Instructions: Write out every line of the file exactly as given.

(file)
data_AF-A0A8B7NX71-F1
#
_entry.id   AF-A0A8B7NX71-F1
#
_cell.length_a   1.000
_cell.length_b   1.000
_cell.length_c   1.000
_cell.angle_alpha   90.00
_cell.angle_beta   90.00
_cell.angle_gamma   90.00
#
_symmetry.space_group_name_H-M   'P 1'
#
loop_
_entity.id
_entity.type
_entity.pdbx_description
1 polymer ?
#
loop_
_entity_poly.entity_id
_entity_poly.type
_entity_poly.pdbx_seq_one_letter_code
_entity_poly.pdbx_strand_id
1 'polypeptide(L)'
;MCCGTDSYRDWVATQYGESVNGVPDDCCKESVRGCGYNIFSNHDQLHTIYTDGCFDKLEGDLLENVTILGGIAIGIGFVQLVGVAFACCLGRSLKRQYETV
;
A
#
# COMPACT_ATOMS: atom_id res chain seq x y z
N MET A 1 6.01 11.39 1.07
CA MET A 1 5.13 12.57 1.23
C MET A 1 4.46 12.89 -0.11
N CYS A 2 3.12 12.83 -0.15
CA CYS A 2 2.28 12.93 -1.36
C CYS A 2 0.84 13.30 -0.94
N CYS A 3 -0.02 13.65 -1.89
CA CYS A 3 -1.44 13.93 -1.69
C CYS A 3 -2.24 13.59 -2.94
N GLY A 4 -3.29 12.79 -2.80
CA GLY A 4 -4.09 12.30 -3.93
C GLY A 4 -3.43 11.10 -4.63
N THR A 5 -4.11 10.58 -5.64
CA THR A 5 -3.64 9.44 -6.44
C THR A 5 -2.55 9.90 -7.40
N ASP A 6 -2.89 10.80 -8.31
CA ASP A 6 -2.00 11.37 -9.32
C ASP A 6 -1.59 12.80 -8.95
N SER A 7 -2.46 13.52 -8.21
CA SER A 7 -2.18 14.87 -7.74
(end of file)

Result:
data_AF-A0A8B7NX71-F1
#
_entry.id   AF-A0A8B7NX71-F1
#
_cell.length_a   1.000
_cell.length_b   1.000
_cell.length_c   1.000
_cell.angle_alpha   90.00
_cell.angle_beta   90.00
_cell.angle_gamma   90.00
#
_symmetry.space_group_name_H-M   'P 1'
#
loop_
_entity.id
_entity.type
_entity.pdbx_description
1 polymer ?
#
loop_
_entity_poly.entity_id
_entity_poly.type
_entity_poly.pdbx_seq_one_letter_code
_entity_poly.pdbx_strand_id
1 'polypeptide(L)'
;MCCGTDSYRDWVATQYGESVNGVPDDCCKESVRGCGYNIFSNHDQLHTIYTDGCFDKLEGDLLENVTILGGIAIGIGFVQLVGVAFACCLGRSLKRQYETV
;
A
#
# COMPACT_ATOMS: atom_id res chain seq x y z
N MET A 1 6.01 11.39 1.07
CA MET A 1 5.13 12.57 1.23
C MET A 1 4.46 12.89 -0.11
N CYS A 2 3.12 12.83 -0.15
CA CYS A 2 2.28 12.93 -1.36
C CYS A 2 0.84 13.30 -0.94
N CYS A 3 -0.02 13.65 -1.89
CA CYS A 3 -1.44 13.93 -1.69
C CYS A 3 -2.24 13.59 -2.94
N GLY A 4 -3.29 12.79 -2.80
CA GLY A 4 -4.09 12.30 -3.93
C GLY A 4 -3.43 11.10 -4.63
N THR A 5 -4.11 10.58 -5.64
CA THR A 5 -3.64 9.44 -6.44
C THR A 5 -2.55 9.90 -7.40
N ASP A 6 -2.89 10.80 -8.31
CA ASP A 6 -2.00 11.37 -9.32
C ASP A 6 -1.59 12.80 -8.95
N SER A 7 -2.46 13.52 -8.21
CA SER A 7 -2.18 14.87 -7.74